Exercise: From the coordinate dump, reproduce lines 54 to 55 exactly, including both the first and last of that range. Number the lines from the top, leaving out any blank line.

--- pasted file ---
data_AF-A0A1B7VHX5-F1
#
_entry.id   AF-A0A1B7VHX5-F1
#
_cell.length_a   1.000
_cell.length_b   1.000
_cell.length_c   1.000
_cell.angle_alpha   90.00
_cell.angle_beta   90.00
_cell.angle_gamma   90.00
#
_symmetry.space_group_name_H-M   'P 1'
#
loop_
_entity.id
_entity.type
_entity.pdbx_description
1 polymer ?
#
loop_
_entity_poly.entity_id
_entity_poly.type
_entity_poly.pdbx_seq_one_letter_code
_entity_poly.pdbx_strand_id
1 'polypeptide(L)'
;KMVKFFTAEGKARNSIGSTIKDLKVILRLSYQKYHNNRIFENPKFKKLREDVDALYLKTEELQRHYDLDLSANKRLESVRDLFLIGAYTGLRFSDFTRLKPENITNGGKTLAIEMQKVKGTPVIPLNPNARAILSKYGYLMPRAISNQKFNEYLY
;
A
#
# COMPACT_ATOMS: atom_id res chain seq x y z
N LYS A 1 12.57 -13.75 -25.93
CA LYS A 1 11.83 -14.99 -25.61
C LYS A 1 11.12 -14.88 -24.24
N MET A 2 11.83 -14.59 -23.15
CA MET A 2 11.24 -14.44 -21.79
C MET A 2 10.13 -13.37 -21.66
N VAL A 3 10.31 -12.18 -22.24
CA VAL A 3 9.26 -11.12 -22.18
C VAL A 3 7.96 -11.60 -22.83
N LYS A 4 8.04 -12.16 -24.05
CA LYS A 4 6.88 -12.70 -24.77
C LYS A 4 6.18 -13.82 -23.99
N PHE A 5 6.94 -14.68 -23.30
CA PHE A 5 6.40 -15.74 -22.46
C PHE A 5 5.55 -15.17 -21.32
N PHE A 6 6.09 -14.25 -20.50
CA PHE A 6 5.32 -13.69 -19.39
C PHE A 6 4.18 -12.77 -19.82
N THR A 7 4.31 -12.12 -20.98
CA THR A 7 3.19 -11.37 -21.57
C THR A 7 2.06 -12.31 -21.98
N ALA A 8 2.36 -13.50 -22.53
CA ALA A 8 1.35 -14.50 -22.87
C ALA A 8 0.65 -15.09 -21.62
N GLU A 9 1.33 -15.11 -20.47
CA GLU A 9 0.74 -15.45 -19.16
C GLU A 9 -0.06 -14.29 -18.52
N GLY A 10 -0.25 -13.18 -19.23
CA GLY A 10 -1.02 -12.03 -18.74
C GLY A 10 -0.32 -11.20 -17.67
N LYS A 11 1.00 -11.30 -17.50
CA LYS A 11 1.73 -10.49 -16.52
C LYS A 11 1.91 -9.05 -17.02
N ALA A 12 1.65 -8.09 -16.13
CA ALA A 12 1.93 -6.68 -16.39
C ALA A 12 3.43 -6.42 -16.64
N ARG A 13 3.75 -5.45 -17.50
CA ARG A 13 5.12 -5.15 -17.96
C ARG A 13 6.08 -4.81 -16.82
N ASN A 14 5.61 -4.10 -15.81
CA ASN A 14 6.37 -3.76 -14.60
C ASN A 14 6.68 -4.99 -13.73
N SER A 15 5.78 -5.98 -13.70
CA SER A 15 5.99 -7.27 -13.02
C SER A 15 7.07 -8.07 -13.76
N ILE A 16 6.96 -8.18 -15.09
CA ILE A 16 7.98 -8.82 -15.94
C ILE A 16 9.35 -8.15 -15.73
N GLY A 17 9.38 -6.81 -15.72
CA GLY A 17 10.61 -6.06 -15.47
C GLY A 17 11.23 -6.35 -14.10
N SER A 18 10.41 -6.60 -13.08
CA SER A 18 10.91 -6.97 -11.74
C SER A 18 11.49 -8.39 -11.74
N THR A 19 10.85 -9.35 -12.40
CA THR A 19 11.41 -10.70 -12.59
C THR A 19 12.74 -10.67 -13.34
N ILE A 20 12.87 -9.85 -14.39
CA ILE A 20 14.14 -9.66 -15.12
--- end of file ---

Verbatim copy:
C ALA A 8 0.65 -15.09 -21.62
N GLU A 9 1.33 -15.11 -20.47